The story behind the GAA’s magic numbers

It’s not just a jersey they hand you, but one with a number, and often that number counts.

The story behind the GAA’s magic numbers

In America, there’s so much reverence attached to particular numbered jerseys, they retire them so that no one else has to follow. No 23 is not just any number in Chicago; ditto No 16 in San Francisco, and No 3 in New York; they belong solely to Jordan, Montana, and Ruth.

In soccer, the number and the tradition that goes with it is passed on. At England’s two historically biggest clubs, Manchester United and Liverpool, the No 7 shirt is the object of particular affection. At Spurs, it’s No 10. At Everton and Newcastle, it’s 9; Alan Shearer was so insistent on following in the lineage of Gallagher, Milburn, and McDonald that upon signing for the club he got Kevin Keegan to tell Les Ferdinand, the reigning PFA Player of the Year, that he’d have to hand over his jersey and settle for the No 10 instead.

In Gaelic Games, it’s rarely gone that far, but there is an element of it. Darragh Ó Sé insisted on wearing nothing but No 8 for a reason. At the outset of the championship, we explained there’s a reason why the multi-positional Austin Gleeson wears the same No 6 shirt his fellow Mount Sion man Ken McGrath used wear. Watching from the stands and the terraces this summer are kids eyeing a particular player and numbered jersey, the way Davy Fitzgerald used to stand behind the hill in Tulla and imitate and revere Seamus Durack and covet his No 1 jersey.

The All Blacks have a saying or two: Leave the jersey in a better place, and plant trees you’ll never see. Every Monday here we’ll be showcasing the numbered jerseys which hold a special place in a county and a sport’s tradition.


Probably the two greatest players to ever play the game both wore the same numbered green and gold jersey.

Mick O’Connell won nine of his 12 Munster medals and all four of his All-Irelands with number eight on his back. Jacko won all seven of his All-Irelands (and six All Stars) in the same shirt.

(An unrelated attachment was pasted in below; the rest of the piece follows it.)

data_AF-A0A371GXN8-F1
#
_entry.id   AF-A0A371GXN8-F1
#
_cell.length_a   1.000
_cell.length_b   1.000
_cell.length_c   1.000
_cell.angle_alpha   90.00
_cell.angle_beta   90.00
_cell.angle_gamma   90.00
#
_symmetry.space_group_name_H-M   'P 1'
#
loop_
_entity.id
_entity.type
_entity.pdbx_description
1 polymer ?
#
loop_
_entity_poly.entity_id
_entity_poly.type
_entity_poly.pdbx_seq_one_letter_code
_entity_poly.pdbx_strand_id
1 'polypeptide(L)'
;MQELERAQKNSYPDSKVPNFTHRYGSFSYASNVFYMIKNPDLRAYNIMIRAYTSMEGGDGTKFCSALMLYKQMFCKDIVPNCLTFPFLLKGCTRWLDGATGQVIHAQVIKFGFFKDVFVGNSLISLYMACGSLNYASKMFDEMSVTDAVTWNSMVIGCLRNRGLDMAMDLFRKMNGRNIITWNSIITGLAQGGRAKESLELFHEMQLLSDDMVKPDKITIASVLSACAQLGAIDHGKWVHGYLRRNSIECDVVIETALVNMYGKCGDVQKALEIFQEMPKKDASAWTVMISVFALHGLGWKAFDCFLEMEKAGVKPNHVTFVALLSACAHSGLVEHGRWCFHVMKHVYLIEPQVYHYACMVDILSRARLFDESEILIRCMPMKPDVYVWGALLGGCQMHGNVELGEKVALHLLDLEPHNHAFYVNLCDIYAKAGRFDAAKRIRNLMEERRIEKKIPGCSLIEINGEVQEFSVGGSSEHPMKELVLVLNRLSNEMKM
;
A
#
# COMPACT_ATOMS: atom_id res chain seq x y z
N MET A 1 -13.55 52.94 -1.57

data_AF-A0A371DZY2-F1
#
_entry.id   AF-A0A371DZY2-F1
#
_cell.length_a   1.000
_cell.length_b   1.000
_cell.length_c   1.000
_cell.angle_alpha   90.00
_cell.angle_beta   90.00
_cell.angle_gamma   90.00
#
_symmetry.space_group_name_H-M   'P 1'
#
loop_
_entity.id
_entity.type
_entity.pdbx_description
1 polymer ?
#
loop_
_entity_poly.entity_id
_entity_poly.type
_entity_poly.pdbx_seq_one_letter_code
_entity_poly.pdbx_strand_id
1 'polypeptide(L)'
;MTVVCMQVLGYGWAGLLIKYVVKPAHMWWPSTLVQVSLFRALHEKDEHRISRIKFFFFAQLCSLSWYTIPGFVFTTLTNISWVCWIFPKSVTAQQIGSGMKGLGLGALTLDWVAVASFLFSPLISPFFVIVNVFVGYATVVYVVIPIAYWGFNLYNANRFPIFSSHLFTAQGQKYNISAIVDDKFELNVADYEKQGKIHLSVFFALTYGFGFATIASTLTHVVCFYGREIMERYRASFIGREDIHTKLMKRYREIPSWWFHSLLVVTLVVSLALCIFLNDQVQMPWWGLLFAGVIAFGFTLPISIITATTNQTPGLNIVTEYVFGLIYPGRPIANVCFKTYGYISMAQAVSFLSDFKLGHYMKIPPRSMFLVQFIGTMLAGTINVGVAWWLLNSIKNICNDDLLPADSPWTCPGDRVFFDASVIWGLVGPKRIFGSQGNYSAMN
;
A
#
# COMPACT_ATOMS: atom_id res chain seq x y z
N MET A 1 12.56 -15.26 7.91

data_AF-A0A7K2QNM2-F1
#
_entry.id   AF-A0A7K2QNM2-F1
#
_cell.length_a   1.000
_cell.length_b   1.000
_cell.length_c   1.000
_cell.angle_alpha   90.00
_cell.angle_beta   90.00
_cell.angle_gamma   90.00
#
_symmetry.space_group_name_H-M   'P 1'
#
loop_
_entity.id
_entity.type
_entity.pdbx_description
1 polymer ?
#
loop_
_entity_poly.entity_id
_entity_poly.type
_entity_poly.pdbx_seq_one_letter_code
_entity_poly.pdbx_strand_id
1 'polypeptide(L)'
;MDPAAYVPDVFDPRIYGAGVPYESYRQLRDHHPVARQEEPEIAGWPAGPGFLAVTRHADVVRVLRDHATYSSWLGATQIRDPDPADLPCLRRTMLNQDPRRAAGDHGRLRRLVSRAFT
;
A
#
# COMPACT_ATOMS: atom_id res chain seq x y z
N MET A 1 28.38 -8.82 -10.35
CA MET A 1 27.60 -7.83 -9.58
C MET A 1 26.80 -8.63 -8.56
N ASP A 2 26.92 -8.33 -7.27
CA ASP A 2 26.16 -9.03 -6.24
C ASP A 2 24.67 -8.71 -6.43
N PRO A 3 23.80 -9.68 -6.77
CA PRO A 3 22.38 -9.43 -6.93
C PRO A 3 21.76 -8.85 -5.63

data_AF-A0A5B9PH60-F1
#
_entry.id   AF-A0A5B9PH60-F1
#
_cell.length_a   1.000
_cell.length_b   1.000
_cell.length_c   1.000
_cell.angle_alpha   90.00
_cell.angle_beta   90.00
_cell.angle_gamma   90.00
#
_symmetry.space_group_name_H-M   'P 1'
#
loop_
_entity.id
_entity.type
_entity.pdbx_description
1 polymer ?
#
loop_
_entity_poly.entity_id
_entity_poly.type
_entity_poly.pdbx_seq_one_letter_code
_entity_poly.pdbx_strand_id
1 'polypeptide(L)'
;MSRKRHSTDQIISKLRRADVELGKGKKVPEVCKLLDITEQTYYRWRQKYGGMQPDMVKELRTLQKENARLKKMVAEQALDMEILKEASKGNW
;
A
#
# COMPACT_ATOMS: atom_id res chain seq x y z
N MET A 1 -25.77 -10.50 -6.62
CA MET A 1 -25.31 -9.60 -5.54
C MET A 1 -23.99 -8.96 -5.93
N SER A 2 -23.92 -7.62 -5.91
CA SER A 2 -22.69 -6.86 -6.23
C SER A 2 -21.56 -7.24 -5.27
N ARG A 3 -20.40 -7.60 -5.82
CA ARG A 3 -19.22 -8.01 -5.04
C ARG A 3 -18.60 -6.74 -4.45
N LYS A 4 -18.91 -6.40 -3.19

Then think of the men that came before the pair of them: men like Con Brosnan, a six-time Celtic Cross winner from 1923 to 1932, and Paddy Kennedy, considered by the legendary Cork dual trainer Jim ‘Tough’ Barry to have been even better than O’Connell; though he wore the number nine jersey more frequently, he wore O’Shea and O’Connell’s preferred number in the All-Ireland finals of 1939 and 1944.

And then look at who came after them — an fear láidir himself, Darragh Ó Sé. Once he established himself on the team, eight is all he wore; number nine was for Kirby, Daly, Scanlon, Griffin, Quirke or whoever his sidekick was on his way to winning six All-Ireland medals.

Kerry have won three further All Stars in midfield since Ó Sé’s retirement in 2009, though the only one won by a man wearing eight was Anthony Maher last year. This season Kieran Donaghy has been wearing eight. Another All Star and All-Ireland wouldn’t be beyond him and that particular jersey.


“Wing forward, number 12, that was my most comfortable position,” Eddie Keher would tell Diarmuid O’Flynn for Hurling: The Warrior Game, the former Irish Examiner writer’s book on specialist playing positions.

It’s also probably the most beloved position and jersey among the Kilkenny hurling cognoscenti. While it’s not the most advertised or celebrated jersey on this list, no other has given or had more cause to celebrate.